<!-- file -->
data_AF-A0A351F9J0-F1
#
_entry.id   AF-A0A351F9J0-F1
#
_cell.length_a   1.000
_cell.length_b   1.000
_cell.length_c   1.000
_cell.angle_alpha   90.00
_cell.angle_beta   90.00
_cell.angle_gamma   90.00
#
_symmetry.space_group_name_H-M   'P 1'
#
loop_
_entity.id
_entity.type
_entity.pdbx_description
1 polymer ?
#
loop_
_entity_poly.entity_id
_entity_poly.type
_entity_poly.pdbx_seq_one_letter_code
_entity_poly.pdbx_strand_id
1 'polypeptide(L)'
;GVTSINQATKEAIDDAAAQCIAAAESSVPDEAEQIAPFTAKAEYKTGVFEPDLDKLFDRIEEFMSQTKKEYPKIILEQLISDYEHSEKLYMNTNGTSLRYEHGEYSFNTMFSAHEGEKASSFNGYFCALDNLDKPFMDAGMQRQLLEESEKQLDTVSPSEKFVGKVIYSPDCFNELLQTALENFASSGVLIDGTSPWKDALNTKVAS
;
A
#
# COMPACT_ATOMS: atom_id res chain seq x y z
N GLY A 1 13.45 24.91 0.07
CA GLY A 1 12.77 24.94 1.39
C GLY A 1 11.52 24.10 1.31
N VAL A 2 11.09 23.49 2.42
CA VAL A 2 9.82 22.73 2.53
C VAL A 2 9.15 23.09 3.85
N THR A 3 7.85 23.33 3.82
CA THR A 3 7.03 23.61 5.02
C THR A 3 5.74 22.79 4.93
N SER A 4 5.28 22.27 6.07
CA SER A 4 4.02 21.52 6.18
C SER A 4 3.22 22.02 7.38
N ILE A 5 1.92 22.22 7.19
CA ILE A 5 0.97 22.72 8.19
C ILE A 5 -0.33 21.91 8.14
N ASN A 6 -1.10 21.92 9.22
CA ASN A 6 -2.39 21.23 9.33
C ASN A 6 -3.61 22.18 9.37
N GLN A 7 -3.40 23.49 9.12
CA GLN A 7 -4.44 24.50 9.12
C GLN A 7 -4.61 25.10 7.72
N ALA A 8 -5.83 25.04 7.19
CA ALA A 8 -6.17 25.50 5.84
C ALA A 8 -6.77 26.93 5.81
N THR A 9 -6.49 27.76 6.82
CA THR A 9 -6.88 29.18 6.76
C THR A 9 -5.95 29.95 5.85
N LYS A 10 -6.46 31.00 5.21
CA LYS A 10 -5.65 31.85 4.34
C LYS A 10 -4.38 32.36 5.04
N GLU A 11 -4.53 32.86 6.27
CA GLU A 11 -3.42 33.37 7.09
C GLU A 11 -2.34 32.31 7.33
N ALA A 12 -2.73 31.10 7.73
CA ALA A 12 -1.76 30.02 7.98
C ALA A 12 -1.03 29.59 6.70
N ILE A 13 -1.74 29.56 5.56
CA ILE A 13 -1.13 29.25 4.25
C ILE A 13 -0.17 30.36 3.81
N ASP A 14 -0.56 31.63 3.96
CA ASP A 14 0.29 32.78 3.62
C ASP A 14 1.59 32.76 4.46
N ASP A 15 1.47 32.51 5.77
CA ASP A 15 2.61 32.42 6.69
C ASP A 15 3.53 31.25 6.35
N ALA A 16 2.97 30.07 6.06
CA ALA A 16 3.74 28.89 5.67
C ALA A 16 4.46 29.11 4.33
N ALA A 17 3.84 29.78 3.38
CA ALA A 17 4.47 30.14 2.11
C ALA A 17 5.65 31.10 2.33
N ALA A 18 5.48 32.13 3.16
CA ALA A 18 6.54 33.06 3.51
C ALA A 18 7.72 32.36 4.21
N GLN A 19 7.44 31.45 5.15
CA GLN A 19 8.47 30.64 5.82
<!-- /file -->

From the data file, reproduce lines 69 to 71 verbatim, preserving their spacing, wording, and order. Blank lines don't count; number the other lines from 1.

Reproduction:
C ILE A 13 -0.17 30.36 3.81
N ASP A 14 -0.56 31.63 3.96
CA ASP A 14 0.29 32.78 3.62